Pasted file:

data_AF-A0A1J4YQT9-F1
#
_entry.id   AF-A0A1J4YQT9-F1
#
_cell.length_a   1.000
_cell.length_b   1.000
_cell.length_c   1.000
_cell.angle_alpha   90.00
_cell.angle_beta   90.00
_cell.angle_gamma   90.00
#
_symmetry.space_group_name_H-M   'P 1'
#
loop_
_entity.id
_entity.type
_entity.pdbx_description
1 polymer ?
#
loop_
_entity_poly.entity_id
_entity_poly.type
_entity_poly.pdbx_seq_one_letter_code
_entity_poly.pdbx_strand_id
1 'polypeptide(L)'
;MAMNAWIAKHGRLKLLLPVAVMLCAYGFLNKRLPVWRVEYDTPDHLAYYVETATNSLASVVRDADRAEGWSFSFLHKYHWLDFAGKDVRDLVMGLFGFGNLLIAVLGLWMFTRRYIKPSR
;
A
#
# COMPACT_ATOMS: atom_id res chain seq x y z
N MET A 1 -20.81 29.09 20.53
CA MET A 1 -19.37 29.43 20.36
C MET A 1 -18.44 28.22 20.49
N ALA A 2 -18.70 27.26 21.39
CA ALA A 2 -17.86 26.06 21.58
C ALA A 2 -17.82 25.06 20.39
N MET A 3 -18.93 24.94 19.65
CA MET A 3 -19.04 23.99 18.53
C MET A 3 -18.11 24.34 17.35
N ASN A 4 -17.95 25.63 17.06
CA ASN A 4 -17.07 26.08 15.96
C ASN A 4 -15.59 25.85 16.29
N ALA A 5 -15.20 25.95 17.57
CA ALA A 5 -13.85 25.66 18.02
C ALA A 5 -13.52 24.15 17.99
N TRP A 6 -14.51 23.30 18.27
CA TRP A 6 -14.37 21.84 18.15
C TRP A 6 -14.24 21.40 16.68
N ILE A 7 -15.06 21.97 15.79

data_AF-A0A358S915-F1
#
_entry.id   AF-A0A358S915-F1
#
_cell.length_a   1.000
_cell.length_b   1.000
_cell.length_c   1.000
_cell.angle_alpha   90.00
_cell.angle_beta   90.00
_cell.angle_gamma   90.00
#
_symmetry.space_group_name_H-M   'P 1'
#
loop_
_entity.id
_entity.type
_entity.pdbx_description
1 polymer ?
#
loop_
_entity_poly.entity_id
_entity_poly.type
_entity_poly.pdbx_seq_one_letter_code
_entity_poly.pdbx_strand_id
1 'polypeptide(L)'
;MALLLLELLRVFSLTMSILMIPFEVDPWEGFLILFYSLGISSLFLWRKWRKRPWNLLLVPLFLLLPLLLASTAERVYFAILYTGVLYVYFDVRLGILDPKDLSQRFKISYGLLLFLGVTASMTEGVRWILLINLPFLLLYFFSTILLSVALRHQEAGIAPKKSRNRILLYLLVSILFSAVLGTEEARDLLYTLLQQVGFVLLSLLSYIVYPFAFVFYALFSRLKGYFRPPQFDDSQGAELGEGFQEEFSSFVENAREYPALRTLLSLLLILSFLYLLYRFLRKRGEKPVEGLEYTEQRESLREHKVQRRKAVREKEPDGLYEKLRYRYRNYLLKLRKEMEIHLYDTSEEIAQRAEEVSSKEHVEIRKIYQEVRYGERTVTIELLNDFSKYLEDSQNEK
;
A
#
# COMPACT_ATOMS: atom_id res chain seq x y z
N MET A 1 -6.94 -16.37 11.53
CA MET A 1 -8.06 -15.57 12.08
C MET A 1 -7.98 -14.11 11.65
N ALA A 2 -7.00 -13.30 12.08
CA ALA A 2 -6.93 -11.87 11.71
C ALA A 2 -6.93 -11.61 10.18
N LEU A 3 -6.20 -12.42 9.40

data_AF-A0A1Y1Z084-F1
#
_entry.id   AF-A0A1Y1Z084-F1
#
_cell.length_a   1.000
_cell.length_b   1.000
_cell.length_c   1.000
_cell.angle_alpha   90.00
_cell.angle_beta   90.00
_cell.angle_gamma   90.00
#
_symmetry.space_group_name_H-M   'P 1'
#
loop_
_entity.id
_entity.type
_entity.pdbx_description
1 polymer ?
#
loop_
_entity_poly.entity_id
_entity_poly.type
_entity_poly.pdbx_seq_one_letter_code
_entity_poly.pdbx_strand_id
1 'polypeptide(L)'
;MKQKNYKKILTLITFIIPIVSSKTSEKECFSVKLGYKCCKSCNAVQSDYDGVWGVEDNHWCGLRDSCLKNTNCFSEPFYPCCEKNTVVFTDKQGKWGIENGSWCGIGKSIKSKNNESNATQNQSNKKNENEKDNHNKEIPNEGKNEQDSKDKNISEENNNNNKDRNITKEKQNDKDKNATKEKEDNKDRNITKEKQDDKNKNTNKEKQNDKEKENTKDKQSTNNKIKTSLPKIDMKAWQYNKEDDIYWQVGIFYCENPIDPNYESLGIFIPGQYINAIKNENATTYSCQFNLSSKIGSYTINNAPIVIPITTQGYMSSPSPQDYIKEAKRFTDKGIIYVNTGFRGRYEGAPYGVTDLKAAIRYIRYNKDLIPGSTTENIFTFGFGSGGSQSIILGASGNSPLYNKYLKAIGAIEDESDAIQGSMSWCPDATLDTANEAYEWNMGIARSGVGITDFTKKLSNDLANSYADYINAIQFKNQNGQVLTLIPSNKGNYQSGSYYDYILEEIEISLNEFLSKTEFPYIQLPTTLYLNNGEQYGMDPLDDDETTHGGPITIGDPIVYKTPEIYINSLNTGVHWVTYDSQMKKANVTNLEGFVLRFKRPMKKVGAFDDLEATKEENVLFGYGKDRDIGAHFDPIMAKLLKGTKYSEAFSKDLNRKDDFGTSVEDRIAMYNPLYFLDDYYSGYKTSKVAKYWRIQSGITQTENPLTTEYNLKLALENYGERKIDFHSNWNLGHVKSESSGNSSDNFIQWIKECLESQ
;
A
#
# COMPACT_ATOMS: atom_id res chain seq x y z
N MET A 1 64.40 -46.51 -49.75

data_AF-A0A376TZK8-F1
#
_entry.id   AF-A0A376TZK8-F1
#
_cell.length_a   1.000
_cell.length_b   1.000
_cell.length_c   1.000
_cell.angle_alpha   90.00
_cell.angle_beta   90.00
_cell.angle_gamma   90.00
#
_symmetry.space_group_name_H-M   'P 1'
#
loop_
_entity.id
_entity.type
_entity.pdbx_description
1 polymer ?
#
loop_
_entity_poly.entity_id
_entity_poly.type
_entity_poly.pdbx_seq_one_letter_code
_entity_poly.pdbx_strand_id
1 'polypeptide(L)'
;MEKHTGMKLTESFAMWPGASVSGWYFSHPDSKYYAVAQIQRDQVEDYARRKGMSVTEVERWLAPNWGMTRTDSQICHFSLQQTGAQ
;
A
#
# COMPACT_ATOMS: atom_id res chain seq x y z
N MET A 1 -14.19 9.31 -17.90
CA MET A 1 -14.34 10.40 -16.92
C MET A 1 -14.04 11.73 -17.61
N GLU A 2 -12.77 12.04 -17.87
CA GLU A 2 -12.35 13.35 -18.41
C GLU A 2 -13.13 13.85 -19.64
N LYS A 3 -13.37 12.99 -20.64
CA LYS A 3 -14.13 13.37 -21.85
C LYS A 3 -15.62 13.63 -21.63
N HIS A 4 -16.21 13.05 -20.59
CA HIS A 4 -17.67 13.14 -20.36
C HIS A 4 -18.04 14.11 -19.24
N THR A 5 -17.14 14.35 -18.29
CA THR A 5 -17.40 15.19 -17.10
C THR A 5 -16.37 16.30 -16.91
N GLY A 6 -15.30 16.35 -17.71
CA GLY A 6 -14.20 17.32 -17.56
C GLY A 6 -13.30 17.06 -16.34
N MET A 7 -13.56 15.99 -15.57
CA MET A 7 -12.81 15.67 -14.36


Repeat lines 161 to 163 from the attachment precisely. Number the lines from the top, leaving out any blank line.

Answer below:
CA THR A 5 -17.40 15.19 -17.10
C THR A 5 -16.37 16.30 -16.91
N GLY A 6 -15.30 16.35 -17.71